Authors: Rebecca E. Bender and Kenneth M. Bender
Publisher: North Dakota State University Press, 2019. 328 pages of text with black/white photos throughout.
Rebecca Bender credits her father Kenneth Bender as co-author for the stories he told her and for his unpublished book. Unless otherwise noted any reference to Bender refers to Rebecca Bender. The title “Still” comes from a question a newspaper editor asked her, “Are you still Jewish?” Bender’s book is a definite affirmative “Yes.”
Bender’s great grandfather was born Keva Bendersky in small village in Czarist Russia. At 16, with his parents having died, he walked to a bigger village, met and married Rebecca under Jewish law and tradition. They had nine children, four of whom died. Their third son named Yosef was born in 1888. The family settled in Odessa, Russia, where there were more Jews and synagogues. Jews were not allowed to own land and lived with many restrictions.
“In the early 1880s, pogroms – large scale, targeted massacres against Jews directly supported by Czar Alexander III and aided by the Czar’s secret police … broke out in southern Russia.” Pogroms continued and one in 1905 left Yosef’s two brothers killed. Many Jews fled Odessa, but they had to do it secretly leaving everything behind. One sister secretly married and ultimately made it with her husband to America, which was destination favored by people looking for free land.
In 1906 Keva, Rebecca, Yosef and his sister Lena left at night making it to Antwerp. The steamship fare had doubled so Keva and Rebecca went to America to claim homesteads leaving Yosef and Lena with a Jewish charity. They soon sent the money for Yosef and Lena who after arriving in America took the train to the end of the line in Eureka, S.D., where they rode on a horse drawn wagon to Ashley, N.D., to join their parents. When the family arrived in America the family name was shortened by immigration officials to Bender and Yosef became Joseph.
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By the time Jewish farmers arrived to claim homesteads most of the good land was already claimed. Keva got rocky, hilly soil. When Joseph became old enough, he too claimed a homestead near Ashley. When Keva died he was buried in the Ashley Jewish Homesteaders Cemetery. Joseph married and had a son named Keva. Joseph moved his family and his mother to Eureka and opened a general store. This was not an unusual path for Jewish homesteaders. When Keva was about to graduate from Eureka high school in 1933 they had a second son named David.
Bender’s research revealed, “North Dakota Jewish history was unlike that in any other states, as most of the first Jewish settlers ‘came to till the soil.’ About 1,200 Jewish farmers and their families lived in North Dakota on 250 farms, in at least fifty settlements spread out over twenty-seven North Dakota counties between the 1880s and the 1920s. … The Ashley Jewish Homesteaders Cemetery was the cemetery for the largest Jewish agriculture settlement ever in North or South Dakota, and it is the largest Jewish homesteader cemetery in North or South Dakota.”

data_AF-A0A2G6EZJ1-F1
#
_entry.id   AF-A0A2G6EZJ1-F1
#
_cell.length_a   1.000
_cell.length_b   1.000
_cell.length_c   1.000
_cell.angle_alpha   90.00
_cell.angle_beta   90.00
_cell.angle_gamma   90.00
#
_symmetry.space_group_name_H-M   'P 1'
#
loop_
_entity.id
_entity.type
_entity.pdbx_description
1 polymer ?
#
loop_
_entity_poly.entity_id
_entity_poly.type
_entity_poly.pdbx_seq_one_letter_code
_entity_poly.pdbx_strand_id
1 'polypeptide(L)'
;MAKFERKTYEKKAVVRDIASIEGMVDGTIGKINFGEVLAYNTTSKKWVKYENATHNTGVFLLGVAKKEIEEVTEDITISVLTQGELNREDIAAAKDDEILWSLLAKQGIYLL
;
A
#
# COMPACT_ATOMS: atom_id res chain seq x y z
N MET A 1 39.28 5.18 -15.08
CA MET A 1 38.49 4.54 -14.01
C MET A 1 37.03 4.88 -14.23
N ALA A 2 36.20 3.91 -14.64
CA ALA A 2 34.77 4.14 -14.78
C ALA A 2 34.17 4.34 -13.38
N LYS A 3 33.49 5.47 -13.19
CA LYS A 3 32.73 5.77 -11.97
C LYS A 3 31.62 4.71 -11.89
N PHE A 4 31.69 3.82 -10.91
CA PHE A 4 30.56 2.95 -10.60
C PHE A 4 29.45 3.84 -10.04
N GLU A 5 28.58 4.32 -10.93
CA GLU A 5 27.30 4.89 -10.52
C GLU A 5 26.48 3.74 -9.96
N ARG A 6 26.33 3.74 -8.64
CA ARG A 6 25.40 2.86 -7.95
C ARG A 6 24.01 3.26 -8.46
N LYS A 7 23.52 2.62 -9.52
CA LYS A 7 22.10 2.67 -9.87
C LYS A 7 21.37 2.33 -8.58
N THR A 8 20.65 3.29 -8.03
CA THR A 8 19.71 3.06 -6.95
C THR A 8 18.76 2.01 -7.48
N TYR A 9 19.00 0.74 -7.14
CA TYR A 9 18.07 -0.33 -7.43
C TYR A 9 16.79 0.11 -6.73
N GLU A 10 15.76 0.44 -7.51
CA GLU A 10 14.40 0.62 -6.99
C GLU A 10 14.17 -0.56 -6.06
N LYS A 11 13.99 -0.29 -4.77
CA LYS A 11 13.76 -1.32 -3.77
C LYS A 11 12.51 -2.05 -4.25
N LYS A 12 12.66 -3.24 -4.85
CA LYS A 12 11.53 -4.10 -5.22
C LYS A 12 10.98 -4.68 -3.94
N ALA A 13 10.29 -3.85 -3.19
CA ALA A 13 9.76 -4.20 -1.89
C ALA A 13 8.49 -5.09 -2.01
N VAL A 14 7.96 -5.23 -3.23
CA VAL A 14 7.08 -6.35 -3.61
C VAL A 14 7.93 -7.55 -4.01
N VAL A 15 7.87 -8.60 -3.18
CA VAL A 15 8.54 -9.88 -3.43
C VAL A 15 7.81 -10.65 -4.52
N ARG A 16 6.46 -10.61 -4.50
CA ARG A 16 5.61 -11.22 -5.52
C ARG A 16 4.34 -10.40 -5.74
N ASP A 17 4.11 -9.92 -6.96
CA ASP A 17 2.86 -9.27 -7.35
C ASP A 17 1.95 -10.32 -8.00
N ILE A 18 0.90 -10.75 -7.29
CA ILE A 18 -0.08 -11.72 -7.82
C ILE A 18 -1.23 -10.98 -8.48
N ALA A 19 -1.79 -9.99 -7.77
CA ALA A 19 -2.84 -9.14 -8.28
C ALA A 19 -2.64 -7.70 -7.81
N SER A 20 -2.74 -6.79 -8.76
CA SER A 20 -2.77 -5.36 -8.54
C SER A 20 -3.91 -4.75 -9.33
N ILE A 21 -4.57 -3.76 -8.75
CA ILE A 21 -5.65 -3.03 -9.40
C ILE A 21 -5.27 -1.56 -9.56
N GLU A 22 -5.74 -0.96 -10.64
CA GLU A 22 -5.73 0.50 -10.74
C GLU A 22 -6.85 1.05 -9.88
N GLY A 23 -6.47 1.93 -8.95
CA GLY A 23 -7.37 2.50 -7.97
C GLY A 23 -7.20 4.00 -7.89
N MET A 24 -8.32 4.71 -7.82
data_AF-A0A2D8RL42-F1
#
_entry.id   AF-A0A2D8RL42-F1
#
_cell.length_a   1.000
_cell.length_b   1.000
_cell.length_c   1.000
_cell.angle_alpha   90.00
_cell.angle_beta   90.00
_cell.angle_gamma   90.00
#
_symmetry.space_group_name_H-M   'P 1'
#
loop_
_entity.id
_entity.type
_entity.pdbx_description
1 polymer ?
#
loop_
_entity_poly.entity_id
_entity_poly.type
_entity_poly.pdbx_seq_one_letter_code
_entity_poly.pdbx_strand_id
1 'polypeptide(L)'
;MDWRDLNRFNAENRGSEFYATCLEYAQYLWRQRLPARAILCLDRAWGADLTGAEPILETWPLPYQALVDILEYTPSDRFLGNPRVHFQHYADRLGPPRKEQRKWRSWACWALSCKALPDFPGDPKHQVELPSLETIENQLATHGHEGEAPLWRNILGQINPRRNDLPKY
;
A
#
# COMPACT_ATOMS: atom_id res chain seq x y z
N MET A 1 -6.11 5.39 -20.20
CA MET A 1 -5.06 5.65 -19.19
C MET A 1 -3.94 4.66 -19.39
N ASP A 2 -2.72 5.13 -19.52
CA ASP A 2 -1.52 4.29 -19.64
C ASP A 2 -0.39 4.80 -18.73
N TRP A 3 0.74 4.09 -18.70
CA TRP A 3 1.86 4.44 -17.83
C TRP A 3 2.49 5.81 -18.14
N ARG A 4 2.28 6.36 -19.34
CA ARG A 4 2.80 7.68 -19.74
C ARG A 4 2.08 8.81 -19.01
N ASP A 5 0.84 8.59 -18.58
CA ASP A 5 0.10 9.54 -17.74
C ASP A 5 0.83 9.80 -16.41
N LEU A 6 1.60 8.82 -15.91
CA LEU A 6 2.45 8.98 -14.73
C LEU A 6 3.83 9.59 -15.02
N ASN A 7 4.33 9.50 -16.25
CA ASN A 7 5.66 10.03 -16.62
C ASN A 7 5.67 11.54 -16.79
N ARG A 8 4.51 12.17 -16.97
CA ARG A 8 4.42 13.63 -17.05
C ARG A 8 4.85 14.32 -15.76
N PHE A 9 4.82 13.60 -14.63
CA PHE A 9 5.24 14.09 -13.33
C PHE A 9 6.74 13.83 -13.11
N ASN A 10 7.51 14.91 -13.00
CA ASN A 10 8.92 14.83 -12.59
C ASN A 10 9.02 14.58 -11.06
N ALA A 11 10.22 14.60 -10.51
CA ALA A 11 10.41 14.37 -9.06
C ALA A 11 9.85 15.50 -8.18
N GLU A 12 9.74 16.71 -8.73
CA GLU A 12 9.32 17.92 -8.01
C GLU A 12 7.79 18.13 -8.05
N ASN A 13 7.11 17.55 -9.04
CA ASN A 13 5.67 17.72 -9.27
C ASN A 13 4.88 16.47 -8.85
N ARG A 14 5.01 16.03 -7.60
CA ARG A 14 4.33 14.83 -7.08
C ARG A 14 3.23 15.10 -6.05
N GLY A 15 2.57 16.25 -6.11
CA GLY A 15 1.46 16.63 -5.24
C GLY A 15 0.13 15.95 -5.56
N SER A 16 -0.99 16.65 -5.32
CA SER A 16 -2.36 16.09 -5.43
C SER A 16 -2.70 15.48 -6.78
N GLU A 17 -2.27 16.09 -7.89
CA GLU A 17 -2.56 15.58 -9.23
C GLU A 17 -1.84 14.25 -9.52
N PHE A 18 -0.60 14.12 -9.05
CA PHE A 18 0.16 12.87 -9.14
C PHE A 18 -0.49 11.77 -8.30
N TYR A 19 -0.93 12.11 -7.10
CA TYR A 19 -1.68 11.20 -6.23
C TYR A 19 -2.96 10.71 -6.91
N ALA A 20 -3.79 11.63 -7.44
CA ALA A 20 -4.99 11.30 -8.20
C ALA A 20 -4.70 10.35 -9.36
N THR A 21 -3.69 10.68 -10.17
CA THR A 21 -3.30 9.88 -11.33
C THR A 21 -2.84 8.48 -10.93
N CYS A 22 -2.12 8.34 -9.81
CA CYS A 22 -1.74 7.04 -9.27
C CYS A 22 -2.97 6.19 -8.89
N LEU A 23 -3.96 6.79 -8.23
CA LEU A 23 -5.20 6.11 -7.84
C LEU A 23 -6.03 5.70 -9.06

Joseph’s son Keva went to law school at the University of Minnesota, graduating in 1939, but was unable to find a law job in Minneapolis due to blatant discrimination against Jews. He found a position in Rapid City, S.D., but in 1940 with war in Europe he volunteered for the draft. When he joined the Army, he changed his name from Keva to Kenneth. He went from being a private to becoming an officer commanding a company landing in Normandy on June 7 with the follow-on divisions.
He was a good officer who cared for his men. He was awarded a Silver Star and several Purple Hearts, being discharged as a major in 1946. He settled in the Minneapolis area, married, had two daughters. He owned and operated a Federated store in Minneapolis for 53 years.
During the annual trips in which Kenneth took his wife and daughters to Eureka they would always go north to visit the Ashley Jewish Homesteaders Cemetery. Bender writes of her own story and that of her son Lincoln, but the heart of her research is about the Jewish homesteaders in North Dakota. On Nov. 17, 2015, she succeeded in her effort to get the Ashley Jewish Homesteaders Cemetery named to the National Register of Historic Places. On May 17, 2017, the Ashley Jewish Homesteaders Cemetery was rededicated.
Through all the generations in the Bender Family they devotedly maintained and honored their Jewish religion. Bender writes, “Over the years I have learned that Judaism is much more than my religion. It is also a guide as to how to live my life, as it was to my ancestors. … I have had great examples to follow from five generations of my family, as well as from rabbis and teachers. I also learned from them to recognize and appreciate the special qualities of persons who do not happen to be Jewish, and that all good deeds are on the same level no matter what the person’s faith.”
This book is an excellent look at a very interesting part of North Dakota’s history. Although I do not mean this as a criticism, this book’s epilogue at 68 pages out of 328 pages is the longest epilogue of any book I have ever read!